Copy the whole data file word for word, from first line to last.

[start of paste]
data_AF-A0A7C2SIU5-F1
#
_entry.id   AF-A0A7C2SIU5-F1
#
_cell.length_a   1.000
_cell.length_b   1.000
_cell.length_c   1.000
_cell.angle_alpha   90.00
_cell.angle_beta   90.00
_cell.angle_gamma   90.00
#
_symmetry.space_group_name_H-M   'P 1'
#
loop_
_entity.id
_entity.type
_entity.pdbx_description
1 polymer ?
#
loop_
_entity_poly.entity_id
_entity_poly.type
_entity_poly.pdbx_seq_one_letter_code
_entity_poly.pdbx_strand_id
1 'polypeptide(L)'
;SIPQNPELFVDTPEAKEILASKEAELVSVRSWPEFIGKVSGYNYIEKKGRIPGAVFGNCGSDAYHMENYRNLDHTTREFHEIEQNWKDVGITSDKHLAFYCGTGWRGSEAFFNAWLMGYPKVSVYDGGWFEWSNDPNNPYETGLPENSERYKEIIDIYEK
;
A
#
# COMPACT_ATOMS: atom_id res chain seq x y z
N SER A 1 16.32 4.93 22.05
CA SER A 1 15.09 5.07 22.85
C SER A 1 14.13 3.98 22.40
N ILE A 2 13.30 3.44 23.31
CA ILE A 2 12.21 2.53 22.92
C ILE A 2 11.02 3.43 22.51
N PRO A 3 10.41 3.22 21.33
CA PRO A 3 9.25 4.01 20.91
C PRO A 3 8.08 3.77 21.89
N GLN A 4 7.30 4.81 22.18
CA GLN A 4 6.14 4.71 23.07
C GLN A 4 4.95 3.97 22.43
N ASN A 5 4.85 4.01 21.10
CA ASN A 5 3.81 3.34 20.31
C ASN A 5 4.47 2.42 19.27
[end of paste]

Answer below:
data_AF-A0A7C2SIU5-F1
#
_entry.id   AF-A0A7C2SIU5-F1
#
_cell.length_a   1.000
_cell.length_b   1.000
_cell.length_c   1.000
_cell.angle_alpha   90.00
_cell.angle_beta   90.00
_cell.angle_gamma   90.00
#
_symmetry.space_group_name_H-M   'P 1'
#
loop_
_entity.id
_entity.type
_entity.pdbx_description
1 polymer ?
#
loop_
_entity_poly.entity_id
_entity_poly.type
_entity_poly.pdbx_seq_one_letter_code
_entity_poly.pdbx_strand_id
1 'polypeptide(L)'
;SIPQNPELFVDTPEAKEILASKEAELVSVRSWPEFIGKVSGYNYIEKKGRIPGAVFGNCGSDAYHMENYRNLDHTTREFHEIEQNWKDVGITSDKHLAFYCGTGWRGSEAFFNAWLMGYPKVSVYDGGWFEWSNDPNNPYETGLPENSERYKEIIDIYEK
;
A
#
# COMPACT_ATOMS: atom_id res chain seq x y z
N SER A 1 16.32 4.93 22.05
CA SER A 1 15.09 5.07 22.85
C SER A 1 14.13 3.98 22.40
N ILE A 2 13.30 3.44 23.31
CA ILE A 2 12.21 2.53 22.92
C ILE A 2 11.02 3.43 22.51
N PRO A 3 10.41 3.22 21.33
CA PRO A 3 9.25 4.01 20.91
C PRO A 3 8.08 3.77 21.89
N GLN A 4 7.30 4.81 22.18
CA GLN A 4 6.14 4.71 23.07
C GLN A 4 4.95 3.97 22.43
N ASN A 5 4.85 4.01 21.10
CA ASN A 5 3.81 3.34 20.31
C ASN A 5 4.47 2.42 19.27